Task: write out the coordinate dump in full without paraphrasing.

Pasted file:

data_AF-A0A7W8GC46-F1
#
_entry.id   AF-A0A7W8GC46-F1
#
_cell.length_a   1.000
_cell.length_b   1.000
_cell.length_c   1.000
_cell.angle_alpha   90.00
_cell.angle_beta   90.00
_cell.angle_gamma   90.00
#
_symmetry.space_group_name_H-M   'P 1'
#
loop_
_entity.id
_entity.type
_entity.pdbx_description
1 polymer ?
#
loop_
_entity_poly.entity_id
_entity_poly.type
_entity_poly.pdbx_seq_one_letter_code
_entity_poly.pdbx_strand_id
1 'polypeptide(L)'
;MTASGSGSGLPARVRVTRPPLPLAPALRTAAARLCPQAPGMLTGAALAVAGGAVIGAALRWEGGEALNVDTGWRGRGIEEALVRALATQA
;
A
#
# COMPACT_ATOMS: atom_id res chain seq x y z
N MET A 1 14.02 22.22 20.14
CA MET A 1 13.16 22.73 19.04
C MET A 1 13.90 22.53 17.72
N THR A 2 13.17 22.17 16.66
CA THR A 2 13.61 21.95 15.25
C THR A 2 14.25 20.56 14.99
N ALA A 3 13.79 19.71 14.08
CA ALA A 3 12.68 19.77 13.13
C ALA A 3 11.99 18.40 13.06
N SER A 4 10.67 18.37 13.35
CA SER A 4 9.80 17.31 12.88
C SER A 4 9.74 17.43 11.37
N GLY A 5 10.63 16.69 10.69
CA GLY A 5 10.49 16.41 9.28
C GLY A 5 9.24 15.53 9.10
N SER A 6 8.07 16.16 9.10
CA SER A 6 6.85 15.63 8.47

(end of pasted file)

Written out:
data_AF-A0A7W8GC46-F1
#
_entry.id   AF-A0A7W8GC46-F1
#
_cell.length_a   1.000
_cell.length_b   1.000
_cell.length_c   1.000
_cell.angle_alpha   90.00
_cell.angle_beta   90.00
_cell.angle_gamma   90.00
#
_symmetry.space_group_name_H-M   'P 1'
#
loop_
_entity.id
_entity.type
_entity.pdbx_description
1 polymer ?
#
loop_
_entity_poly.entity_id
_entity_poly.type
_entity_poly.pdbx_seq_one_letter_code
_entity_poly.pdbx_strand_id
1 'polypeptide(L)'
;MTASGSGSGLPARVRVTRPPLPLAPALRTAAARLCPQAPGMLTGAALAVAGGAVIGAALRWEGGEALNVDTGWRGRGIEEALVRALATQA
;
A
#
# COMPACT_ATOMS: atom_id res chain seq x y z
N MET A 1 14.02 22.22 20.14
CA MET A 1 13.16 22.73 19.04
C MET A 1 13.90 22.53 17.72
N THR A 2 13.17 22.17 16.66
CA THR A 2 13.61 21.95 15.25
C THR A 2 14.25 20.56 14.99
N ALA A 3 13.79 19.71 14.08
CA ALA A 3 12.68 19.77 13.13
C ALA A 3 11.99 18.40 13.06
N SER A 4 10.67 18.37 13.35
CA SER A 4 9.80 17.31 12.88
C SER A 4 9.74 17.43 11.37
N GLY A 5 10.63 16.69 10.69
CA GLY A 5 10.49 16.41 9.28
C GLY A 5 9.24 15.53 9.10
N SER A 6 8.07 16.16 9.10
CA SER A 6 6.85 15.63 8.47